Carbon Monoxide (CO) is a natural by-product of combustion from fuel burning appliances and is invisible to human senses. It can cause health problems, brain damage, even death. Carbon monoxide alarms are designed to activate a warning before symptoms appear in healthy adults.
While CO alarms are designed to detect a CO leak before family members get sick, if the leak is severe enough, flu-like symptoms quickly begin to appear. This is particularly common among younger or older family members who are more vulnerable to and less tolerant to this poison.
In the last five years the Urbana Fire Rescue Services has responded to 169 carbon monoxide incidents, two of which resulted in a reading of 298 ppm (parts per million) and another at 40 ppm. A residential style carbon monoxide detector will alarm at 35 ppm.
Purchasing carbon monoxide alarms:
Compare the different types of alarms:
Plug-in models load into an electrical outlet. Some have a battery backup in case the power goes out.
Battery-powered models use a special battery pack. These battery packs must be replaced as recommended.
Read the labels carefully, looking for the seal of an independent testing agency such as Underwriters Laboratory (UL) or Factory Mutual (FM)
Smoke alarm / CO alarm combination units are a good option if the smoke alarm needs replacing or is over 10 years old.
Placement of carbon monoxide alarms:
Install near sleeping areas and on every floor of the home. Locate alarms at least 5 to 6 feet away from fuel-burning appliances. Follow manufacturer’s recommendations.
Carbon monoxide will diffuse across a room, allowing a working CO alarm to be placed at any height. This is different than the smoke alarm that must be placed high to capture the first signs of smoke–which rises.
You should follow the following procedure if your CO alarm activates:
Gather all family members in a pre-designated meeting place and check to be sure everyone is present.
Determine if anyone is experiencing poisoning symptoms such as headache, nausea, dizziness or disorientation.
If so, leave the building immediately and call 911. Do not re-enter until responders say it is safe to do so.
If no symptoms are present, press your CO alarm’s reset button and turn off all potential sources of carbon monoxide—any appliance or machine that runs on fossil fuel such as gas furnace, water heater, stove, oven, clothes dryer, space heater, fireplace or car left running in an attached garage.
Open doors and windows to let in fresh air.
Call a trained service technician to check your appliances, flue and chimney systems.
To meet manufacturers’ directions, a CO alarm should be installed near a sleeping area, either high or low on the wall. A warning however: the alarm might be triggered when there is no immediate danger, if a CO alarm is installed too close to a potential source. One such source is directly over a furnace or adjacent to a gas oven. Alarms should be installed at least 15 feet away from potential sources of combustion, and within 15 feet of sleeping areas. Some appliances, when first turned on may emit small amounts of carbon monoxide.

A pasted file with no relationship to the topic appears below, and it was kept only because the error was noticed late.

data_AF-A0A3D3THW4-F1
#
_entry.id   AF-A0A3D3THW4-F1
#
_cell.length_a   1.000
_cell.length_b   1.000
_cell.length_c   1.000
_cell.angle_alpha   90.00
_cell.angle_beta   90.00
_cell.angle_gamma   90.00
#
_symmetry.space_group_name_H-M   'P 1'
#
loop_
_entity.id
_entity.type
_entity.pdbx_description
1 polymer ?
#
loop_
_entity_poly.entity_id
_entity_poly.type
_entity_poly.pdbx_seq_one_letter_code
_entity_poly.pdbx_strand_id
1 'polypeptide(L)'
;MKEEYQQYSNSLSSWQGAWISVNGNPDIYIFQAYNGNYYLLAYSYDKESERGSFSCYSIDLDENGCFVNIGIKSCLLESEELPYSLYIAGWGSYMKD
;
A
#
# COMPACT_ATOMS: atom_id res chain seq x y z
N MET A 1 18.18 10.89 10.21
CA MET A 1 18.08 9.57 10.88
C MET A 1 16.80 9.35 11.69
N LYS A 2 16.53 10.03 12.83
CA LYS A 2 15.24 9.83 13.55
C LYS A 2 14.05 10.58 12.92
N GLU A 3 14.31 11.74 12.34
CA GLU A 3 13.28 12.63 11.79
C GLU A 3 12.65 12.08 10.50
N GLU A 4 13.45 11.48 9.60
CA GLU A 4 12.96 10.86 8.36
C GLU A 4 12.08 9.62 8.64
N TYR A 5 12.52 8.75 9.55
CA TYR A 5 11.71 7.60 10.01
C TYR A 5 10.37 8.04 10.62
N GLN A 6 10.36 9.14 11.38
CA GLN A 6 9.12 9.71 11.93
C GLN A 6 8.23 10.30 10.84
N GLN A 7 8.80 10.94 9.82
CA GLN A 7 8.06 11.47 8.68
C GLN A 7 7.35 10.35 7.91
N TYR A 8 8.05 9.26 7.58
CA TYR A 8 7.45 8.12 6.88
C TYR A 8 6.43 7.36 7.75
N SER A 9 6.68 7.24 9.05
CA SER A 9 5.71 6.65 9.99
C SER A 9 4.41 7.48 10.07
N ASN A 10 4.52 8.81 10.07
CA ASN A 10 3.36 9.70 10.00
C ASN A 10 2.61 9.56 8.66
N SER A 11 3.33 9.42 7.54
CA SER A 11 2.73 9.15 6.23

As of January 1, 2007 all dwelling units are required by Illinois law to have at least one working carbon monoxide alarm within 15 feet of each room used for sleeping.
Just as smoke alarms have proven themselves effective as vital lifesaving devices, a CO alarm may save your life and the lives of your loved ones.
Carbon Monoxide is the leading cause of accidental poisoning deaths in America, according to the Journal of American Medical Association. At least 1,500 people die and 10,000 become ill from CO poisoning each year.
CO is colorless, odorless, tasteless, and non-irritating. It is a by-product of combustion produced by common household appliances such as:
gas or oil furnaces
wood burning stoves
Low-level symptoms of CO poisoning are similar to the flu and are often misdiagnosed. Headaches, nausea, fatigue and dizziness are all non-specific symptoms of carbon monoxide poisoning
Once in the bloodstream, CO combines with hemoglobin, the main component of red blood cells, preventing life-sustaining oxygen from reaching vital organs in the body such as the brain and heart.
While everyone is at risk from CO poisoning, medical experts report that children, unborn babies, the elderly and those with heart or lung disorders are at greater risk of CO poisoning at lower thresholds of exposure.
CO poisoning is preventable. It is recommended every home have at least one CO alarm with an audible warning signal installed near the sleeping area. Without this alarm, you may not be aware CO is present.